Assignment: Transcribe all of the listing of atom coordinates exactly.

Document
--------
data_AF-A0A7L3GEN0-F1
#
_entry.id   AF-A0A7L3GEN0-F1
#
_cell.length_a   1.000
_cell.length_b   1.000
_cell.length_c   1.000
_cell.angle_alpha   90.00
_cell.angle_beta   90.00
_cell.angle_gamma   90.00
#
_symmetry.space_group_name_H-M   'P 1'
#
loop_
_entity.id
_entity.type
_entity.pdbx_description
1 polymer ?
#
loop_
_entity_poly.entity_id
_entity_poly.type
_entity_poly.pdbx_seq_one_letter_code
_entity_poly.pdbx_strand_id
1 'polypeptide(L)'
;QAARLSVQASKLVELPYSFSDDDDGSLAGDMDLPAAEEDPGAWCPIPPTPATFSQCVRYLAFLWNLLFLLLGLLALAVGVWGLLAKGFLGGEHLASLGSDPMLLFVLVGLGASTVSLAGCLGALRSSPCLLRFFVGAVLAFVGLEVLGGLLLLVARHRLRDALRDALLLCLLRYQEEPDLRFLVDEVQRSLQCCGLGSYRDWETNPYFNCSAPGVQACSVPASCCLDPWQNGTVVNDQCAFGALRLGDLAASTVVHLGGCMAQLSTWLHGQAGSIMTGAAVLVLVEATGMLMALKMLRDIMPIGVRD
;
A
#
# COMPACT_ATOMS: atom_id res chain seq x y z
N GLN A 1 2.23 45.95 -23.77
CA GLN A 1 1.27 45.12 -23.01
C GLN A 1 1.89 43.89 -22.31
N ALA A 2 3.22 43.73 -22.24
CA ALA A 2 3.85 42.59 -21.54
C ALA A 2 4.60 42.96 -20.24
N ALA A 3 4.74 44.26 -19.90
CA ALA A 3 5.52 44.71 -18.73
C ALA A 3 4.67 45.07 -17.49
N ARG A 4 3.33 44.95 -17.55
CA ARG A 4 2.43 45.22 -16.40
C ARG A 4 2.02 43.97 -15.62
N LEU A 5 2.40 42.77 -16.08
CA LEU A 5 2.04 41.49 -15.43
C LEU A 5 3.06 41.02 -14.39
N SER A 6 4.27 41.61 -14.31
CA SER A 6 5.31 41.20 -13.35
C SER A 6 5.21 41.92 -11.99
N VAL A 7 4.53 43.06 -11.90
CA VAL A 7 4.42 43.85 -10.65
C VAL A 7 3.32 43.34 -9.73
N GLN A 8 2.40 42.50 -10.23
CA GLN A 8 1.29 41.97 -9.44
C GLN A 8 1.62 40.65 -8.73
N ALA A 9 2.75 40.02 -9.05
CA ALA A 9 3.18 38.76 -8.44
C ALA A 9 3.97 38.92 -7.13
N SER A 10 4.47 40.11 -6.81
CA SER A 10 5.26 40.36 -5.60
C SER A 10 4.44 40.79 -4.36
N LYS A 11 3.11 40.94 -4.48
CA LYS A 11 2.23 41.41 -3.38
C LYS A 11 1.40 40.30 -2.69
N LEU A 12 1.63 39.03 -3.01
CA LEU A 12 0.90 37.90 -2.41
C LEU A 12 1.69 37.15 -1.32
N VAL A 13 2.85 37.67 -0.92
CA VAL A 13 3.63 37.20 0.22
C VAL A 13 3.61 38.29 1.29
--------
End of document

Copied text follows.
data_AF-A0A7L3GEN0-F1
#
_entry.id   AF-A0A7L3GEN0-F1
#
_cell.length_a   1.000
_cell.length_b   1.000
_cell.length_c   1.000
_cell.angle_alpha   90.00
_cell.angle_beta   90.00
_cell.angle_gamma   90.00
#
_symmetry.space_group_name_H-M   'P 1'
#
loop_
_entity.id
_entity.type
_entity.pdbx_description
1 polymer ?
#
loop_
_entity_poly.entity_id
_entity_poly.type
_entity_poly.pdbx_seq_one_letter_code
_entity_poly.pdbx_strand_id
1 'polypeptide(L)'
;QAARLSVQASKLVELPYSFSDDDDGSLAGDMDLPAAEEDPGAWCPIPPTPATFSQCVRYLAFLWNLLFLLLGLLALAVGVWGLLAKGFLGGEHLASLGSDPMLLFVLVGLGASTVSLAGCLGALRSSPCLLRFFVGAVLAFVGLEVLGGLLLLVARHRLRDALRDALLLCLLRYQEEPDLRFLVDEVQRSLQCCGLGSYRDWETNPYFNCSAPGVQACSVPASCCLDPWQNGTVVNDQCAFGALRLGDLAASTVVHLGGCMAQLSTWLHGQAGSIMTGAAVLVLVEATGMLMALKMLRDIMPIGVRD
;
A
#
# COMPACT_ATOMS: atom_id res chain seq x y z
N GLN A 1 2.23 45.95 -23.77
CA GLN A 1 1.27 45.12 -23.01
C GLN A 1 1.89 43.89 -22.31
N ALA A 2 3.22 43.73 -22.24
CA ALA A 2 3.85 42.59 -21.54
C ALA A 2 4.60 42.96 -20.24
N ALA A 3 4.74 44.26 -19.90
CA ALA A 3 5.52 44.71 -18.73
C ALA A 3 4.67 45.07 -17.49
N ARG A 4 3.33 44.95 -17.55
CA ARG A 4 2.43 45.22 -16.40
C ARG A 4 2.02 43.97 -15.62
N LEU A 5 2.40 42.77 -16.08
CA LEU A 5 2.04 41.49 -15.43
C LEU A 5 3.06 41.02 -14.39
N SER A 6 4.27 41.61 -14.31
CA SER A 6 5.31 41.20 -13.35
C SER A 6 5.21 41.92 -11.99
N VAL A 7 4.53 43.06 -11.90
CA VAL A 7 4.42 43.85 -10.65
C VAL A 7 3.32 43.34 -9.73
N GLN A 8 2.40 42.50 -10.23
CA GLN A 8 1.29 41.97 -9.44
C GLN A 8 1.62 40.65 -8.73
N ALA A 9 2.75 40.02 -9.05
CA ALA A 9 3.18 38.76 -8.44
C ALA A 9 3.97 38.92 -7.13
N SER A 10 4.47 40.11 -6.81
CA SER A 10 5.26 40.36 -5.60
C SER A 10 4.44 40.79 -4.36
N LYS A 11 3.11 40.94 -4.48
CA LYS A 11 2.23 41.41 -3.38
C LYS A 11 1.40 40.30 -2.69
N LEU A 12 1.63 39.03 -3.01
CA LEU A 12 0.90 37.90 -2.41
C LEU A 12 1.69 37.15 -1.32
N VAL A 13 2.85 37.67 -0.92
CA VAL A 13 3.63 37.20 0.22
C VAL A 13 3.61 38.29 1.29